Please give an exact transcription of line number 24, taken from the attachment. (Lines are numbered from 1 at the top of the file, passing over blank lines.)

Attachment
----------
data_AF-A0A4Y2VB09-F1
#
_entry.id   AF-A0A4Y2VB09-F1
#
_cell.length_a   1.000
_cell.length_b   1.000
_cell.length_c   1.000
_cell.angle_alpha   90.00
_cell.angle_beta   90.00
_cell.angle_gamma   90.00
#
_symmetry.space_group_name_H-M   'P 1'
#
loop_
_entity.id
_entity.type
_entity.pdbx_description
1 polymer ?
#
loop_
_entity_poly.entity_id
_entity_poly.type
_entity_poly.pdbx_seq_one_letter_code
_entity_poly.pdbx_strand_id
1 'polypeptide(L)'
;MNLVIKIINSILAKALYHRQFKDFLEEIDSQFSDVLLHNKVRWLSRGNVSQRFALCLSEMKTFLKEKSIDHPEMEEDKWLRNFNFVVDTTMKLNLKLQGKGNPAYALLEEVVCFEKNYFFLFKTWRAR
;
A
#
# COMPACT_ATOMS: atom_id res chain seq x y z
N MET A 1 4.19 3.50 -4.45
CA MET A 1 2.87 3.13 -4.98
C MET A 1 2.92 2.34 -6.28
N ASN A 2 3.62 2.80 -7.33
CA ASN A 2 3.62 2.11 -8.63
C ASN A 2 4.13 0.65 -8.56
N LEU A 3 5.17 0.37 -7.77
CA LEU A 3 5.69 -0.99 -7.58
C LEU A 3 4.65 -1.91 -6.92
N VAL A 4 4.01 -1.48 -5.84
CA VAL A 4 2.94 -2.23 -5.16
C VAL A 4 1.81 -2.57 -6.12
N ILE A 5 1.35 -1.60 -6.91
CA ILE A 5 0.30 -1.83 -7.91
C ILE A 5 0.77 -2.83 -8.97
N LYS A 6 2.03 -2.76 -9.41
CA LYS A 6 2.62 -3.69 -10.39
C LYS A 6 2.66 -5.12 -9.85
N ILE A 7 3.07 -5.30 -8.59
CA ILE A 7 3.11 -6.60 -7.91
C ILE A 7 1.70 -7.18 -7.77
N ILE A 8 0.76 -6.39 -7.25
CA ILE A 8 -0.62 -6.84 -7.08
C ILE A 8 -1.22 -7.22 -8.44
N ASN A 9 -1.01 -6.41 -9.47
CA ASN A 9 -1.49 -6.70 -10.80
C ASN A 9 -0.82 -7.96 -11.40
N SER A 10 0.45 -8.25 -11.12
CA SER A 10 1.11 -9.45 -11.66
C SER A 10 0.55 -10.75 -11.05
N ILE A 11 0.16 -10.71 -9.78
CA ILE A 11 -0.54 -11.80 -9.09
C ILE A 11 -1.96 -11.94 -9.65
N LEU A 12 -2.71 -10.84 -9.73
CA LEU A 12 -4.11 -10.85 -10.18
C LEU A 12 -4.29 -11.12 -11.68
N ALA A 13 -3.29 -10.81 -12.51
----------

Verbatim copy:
_entity_poly.pdbx_strand_id